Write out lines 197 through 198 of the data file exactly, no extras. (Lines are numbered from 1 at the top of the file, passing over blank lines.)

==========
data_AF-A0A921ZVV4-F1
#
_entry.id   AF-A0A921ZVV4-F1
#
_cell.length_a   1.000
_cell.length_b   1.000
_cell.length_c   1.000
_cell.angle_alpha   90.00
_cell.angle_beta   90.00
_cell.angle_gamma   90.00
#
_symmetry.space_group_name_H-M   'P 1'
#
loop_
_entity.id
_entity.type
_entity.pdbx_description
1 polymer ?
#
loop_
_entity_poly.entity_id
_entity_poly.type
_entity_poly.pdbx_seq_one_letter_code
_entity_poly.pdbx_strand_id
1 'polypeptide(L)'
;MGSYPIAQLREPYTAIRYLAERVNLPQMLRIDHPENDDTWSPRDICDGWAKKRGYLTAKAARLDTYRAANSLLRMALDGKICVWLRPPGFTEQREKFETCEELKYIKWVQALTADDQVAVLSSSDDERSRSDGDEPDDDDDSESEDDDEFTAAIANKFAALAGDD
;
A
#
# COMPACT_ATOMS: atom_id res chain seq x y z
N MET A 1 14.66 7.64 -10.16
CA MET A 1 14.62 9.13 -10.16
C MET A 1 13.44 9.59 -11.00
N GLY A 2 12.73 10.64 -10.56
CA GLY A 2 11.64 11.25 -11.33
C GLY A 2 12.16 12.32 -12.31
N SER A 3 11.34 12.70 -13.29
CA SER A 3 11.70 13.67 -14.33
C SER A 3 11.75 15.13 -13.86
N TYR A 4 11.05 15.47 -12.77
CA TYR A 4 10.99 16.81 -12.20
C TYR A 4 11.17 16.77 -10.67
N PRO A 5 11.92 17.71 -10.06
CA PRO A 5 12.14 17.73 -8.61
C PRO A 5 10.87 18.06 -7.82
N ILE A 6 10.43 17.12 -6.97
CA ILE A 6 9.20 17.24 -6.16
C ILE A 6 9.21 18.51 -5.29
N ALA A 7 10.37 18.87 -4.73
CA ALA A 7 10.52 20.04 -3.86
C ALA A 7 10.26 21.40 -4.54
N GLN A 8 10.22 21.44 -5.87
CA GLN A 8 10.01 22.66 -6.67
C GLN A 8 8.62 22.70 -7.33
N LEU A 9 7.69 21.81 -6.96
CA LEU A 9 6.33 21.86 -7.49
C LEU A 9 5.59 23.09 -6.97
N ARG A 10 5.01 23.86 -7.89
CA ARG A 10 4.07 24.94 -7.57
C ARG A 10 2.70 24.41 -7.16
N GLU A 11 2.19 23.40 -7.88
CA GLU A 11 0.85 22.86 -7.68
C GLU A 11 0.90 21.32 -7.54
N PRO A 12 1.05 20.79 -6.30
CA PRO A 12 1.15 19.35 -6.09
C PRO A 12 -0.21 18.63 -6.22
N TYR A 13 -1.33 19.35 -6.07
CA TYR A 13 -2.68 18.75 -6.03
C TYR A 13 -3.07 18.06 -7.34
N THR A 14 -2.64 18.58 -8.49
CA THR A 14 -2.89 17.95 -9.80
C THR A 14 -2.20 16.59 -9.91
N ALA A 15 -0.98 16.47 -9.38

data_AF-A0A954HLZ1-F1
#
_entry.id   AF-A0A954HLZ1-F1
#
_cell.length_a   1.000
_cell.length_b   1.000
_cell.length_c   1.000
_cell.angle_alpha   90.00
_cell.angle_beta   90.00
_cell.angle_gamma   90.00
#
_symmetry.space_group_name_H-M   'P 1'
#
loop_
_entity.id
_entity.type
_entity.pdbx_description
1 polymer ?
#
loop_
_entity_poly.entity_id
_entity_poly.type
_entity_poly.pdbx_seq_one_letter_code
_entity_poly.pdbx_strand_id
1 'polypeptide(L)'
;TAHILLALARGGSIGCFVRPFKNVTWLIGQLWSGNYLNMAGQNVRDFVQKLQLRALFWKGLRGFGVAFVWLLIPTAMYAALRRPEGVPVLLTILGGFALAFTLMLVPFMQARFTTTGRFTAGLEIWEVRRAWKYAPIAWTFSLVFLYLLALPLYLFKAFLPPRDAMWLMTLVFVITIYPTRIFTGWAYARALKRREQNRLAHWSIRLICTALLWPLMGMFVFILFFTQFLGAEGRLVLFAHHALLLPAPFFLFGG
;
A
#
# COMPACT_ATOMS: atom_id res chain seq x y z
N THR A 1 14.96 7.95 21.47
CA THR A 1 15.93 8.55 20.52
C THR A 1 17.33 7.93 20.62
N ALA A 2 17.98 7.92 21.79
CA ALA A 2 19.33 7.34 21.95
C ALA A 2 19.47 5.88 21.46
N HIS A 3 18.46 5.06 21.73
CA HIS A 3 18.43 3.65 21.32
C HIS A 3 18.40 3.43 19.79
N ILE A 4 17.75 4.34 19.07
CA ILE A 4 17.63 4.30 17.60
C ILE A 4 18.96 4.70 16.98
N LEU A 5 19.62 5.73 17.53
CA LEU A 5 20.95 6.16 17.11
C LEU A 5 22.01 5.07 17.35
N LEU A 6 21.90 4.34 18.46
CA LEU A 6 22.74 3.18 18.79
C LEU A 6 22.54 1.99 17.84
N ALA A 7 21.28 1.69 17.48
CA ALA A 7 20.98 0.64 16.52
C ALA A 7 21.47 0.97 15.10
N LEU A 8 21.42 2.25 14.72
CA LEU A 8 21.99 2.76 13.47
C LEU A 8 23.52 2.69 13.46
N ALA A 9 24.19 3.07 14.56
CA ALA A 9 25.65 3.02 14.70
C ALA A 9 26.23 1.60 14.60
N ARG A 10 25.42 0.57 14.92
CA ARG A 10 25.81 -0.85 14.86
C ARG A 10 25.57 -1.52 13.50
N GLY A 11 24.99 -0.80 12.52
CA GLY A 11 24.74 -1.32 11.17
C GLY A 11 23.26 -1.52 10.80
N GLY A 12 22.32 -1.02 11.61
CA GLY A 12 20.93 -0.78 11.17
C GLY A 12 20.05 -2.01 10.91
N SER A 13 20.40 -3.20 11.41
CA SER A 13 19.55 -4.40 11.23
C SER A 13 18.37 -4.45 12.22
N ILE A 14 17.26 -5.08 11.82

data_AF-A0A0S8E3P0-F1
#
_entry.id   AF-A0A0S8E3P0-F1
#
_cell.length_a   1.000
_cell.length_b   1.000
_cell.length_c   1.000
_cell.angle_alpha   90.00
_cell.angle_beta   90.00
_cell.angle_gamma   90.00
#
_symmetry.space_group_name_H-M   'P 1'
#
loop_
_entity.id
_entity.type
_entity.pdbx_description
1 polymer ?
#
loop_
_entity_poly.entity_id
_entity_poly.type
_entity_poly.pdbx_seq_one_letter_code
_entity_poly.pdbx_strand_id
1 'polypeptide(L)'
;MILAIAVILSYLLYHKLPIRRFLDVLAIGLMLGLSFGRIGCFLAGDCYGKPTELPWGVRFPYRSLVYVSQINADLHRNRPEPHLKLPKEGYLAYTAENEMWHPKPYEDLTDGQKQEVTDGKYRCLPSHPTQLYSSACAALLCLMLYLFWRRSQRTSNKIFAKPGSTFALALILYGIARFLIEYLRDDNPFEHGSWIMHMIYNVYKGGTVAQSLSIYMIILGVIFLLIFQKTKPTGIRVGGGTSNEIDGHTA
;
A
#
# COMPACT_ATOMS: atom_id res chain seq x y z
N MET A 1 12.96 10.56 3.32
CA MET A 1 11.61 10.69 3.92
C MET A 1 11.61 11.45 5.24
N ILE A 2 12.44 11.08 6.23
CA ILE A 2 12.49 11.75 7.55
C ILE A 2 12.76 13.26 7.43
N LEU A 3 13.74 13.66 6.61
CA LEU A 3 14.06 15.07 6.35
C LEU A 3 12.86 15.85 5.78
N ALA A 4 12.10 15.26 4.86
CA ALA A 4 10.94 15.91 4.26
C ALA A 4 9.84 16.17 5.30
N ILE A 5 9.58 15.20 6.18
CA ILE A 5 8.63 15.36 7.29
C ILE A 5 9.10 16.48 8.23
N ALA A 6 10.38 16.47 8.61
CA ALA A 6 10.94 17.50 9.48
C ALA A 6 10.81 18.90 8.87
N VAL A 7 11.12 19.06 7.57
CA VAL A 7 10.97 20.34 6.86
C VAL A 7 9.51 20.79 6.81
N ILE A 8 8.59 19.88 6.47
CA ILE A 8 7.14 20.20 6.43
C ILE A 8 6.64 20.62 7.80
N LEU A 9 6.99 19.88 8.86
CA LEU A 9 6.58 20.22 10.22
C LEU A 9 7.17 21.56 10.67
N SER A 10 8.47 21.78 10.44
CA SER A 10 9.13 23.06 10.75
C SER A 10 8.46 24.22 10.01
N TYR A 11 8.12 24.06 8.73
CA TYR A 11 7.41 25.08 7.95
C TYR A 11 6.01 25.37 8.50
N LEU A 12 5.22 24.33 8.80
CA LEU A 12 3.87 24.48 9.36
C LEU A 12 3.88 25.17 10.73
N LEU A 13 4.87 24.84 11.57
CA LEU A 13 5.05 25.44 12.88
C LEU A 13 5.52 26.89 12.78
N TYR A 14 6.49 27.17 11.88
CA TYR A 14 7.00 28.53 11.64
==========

C ILE A 8 6.64 20.62 7.80
N LEU A 9 6.99 19.88 8.86